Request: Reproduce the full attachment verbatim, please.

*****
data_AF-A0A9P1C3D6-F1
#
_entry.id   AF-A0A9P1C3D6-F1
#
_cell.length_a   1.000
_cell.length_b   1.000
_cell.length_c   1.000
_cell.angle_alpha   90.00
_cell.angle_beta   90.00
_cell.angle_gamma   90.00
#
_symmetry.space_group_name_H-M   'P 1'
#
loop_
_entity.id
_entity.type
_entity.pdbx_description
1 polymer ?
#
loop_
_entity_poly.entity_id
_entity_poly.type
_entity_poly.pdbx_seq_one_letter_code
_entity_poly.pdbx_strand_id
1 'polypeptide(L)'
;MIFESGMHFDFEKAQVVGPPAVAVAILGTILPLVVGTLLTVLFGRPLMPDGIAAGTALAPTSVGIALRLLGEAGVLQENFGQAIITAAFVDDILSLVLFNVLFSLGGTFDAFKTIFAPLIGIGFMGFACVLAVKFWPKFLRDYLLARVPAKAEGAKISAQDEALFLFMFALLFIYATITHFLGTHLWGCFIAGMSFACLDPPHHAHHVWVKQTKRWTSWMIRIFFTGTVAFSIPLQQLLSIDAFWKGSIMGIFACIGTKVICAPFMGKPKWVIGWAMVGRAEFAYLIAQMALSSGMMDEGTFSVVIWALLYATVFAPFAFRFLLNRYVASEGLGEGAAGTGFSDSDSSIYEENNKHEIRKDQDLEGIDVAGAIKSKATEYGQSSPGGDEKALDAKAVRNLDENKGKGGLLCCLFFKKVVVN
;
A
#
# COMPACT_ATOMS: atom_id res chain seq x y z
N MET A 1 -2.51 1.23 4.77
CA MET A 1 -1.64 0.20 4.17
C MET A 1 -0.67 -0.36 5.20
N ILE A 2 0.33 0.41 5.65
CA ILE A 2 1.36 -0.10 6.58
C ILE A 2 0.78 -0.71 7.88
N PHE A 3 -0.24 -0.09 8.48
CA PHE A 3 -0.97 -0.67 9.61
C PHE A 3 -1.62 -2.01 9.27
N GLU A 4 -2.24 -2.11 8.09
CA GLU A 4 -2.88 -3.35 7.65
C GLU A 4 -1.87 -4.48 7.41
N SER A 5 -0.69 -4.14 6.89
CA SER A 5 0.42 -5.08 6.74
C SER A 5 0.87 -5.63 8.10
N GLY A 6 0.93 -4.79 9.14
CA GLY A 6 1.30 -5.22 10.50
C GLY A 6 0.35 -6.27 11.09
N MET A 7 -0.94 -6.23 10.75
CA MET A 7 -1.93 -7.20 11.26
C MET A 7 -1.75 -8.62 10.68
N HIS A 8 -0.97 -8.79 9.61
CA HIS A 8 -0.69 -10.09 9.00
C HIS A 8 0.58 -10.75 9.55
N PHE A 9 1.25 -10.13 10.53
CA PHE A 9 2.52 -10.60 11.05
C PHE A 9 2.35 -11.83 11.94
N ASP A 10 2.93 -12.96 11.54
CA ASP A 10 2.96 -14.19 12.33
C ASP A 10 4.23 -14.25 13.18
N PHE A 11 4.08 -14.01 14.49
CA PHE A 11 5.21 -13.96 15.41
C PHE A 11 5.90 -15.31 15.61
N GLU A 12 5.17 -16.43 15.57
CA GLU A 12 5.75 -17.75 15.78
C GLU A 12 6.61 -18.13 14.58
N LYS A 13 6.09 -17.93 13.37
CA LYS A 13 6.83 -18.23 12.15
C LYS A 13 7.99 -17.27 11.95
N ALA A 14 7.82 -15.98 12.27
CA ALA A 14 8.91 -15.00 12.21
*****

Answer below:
data_AF-A0A9P1C3D6-F1
#
_entry.id   AF-A0A9P1C3D6-F1
#
_cell.length_a   1.000
_cell.length_b   1.000
_cell.length_c   1.000
_cell.angle_alpha   90.00
_cell.angle_beta   90.00
_cell.angle_gamma   90.00
#
_symmetry.space_group_name_H-M   'P 1'
#
loop_
_entity.id
_entity.type
_entity.pdbx_description
1 polymer ?
#
loop_
_entity_poly.entity_id
_entity_poly.type
_entity_poly.pdbx_seq_one_letter_code
_entity_poly.pdbx_strand_id
1 'polypeptide(L)'
;MIFESGMHFDFEKAQVVGPPAVAVAILGTILPLVVGTLLTVLFGRPLMPDGIAAGTALAPTSVGIALRLLGEAGVLQENFGQAIITAAFVDDILSLVLFNVLFSLGGTFDAFKTIFAPLIGIGFMGFACVLAVKFWPKFLRDYLLARVPAKAEGAKISAQDEALFLFMFALLFIYATITHFLGTHLWGCFIAGMSFACLDPPHHAHHVWVKQTKRWTSWMIRIFFTGTVAFSIPLQQLLSIDAFWKGSIMGIFACIGTKVICAPFMGKPKWVIGWAMVGRAEFAYLIAQMALSSGMMDEGTFSVVIWALLYATVFAPFAFRFLLNRYVASEGLGEGAAGTGFSDSDSSIYEENNKHEIRKDQDLEGIDVAGAIKSKATEYGQSSPGGDEKALDAKAVRNLDENKGKGGLLCCLFFKKVVVN
;
A
#
# COMPACT_ATOMS: atom_id res chain seq x y z
N MET A 1 -2.51 1.23 4.77
CA MET A 1 -1.64 0.20 4.17
C MET A 1 -0.67 -0.36 5.20
N ILE A 2 0.33 0.41 5.65
CA ILE A 2 1.36 -0.10 6.58
C ILE A 2 0.78 -0.71 7.88
N PHE A 3 -0.24 -0.09 8.48
CA PHE A 3 -0.97 -0.67 9.61
C PHE A 3 -1.62 -2.01 9.27
N GLU A 4 -2.24 -2.11 8.09
CA GLU A 4 -2.88 -3.35 7.65
C GLU A 4 -1.87 -4.48 7.41
N SER A 5 -0.69 -4.14 6.89
CA SER A 5 0.42 -5.08 6.74
C SER A 5 0.87 -5.63 8.10
N GLY A 6 0.93 -4.79 9.14
CA GLY A 6 1.30 -5.22 10.50
C GLY A 6 0.35 -6.27 11.09
N MET A 7 -0.94 -6.23 10.75
CA MET A 7 -1.93 -7.20 11.26
C MET A 7 -1.75 -8.62 10.68
N HIS A 8 -0.97 -8.79 9.61
CA HIS A 8 -0.69 -10.09 9.00
C HIS A 8 0.58 -10.75 9.55
N PHE A 9 1.25 -10.13 10.53
CA PHE A 9 2.52 -10.60 11.05
C PHE A 9 2.35 -11.83 11.94
N ASP A 10 2.93 -12.96 11.54
CA ASP A 10 2.96 -14.19 12.33
C ASP A 10 4.23 -14.25 13.18
N PHE A 11 4.08 -14.01 14.49
CA PHE A 11 5.21 -13.96 15.41
C PHE A 11 5.90 -15.31 15.61
N GLU A 12 5.17 -16.43 15.57
CA GLU A 12 5.75 -17.75 15.78
C GLU A 12 6.61 -18.13 14.58
N LYS A 13 6.09 -17.93 13.37
CA LYS A 13 6.83 -18.23 12.15
C LYS A 13 7.99 -17.27 11.95
N ALA A 14 7.82 -15.98 12.27
CA ALA A 14 8.91 -15.00 12.21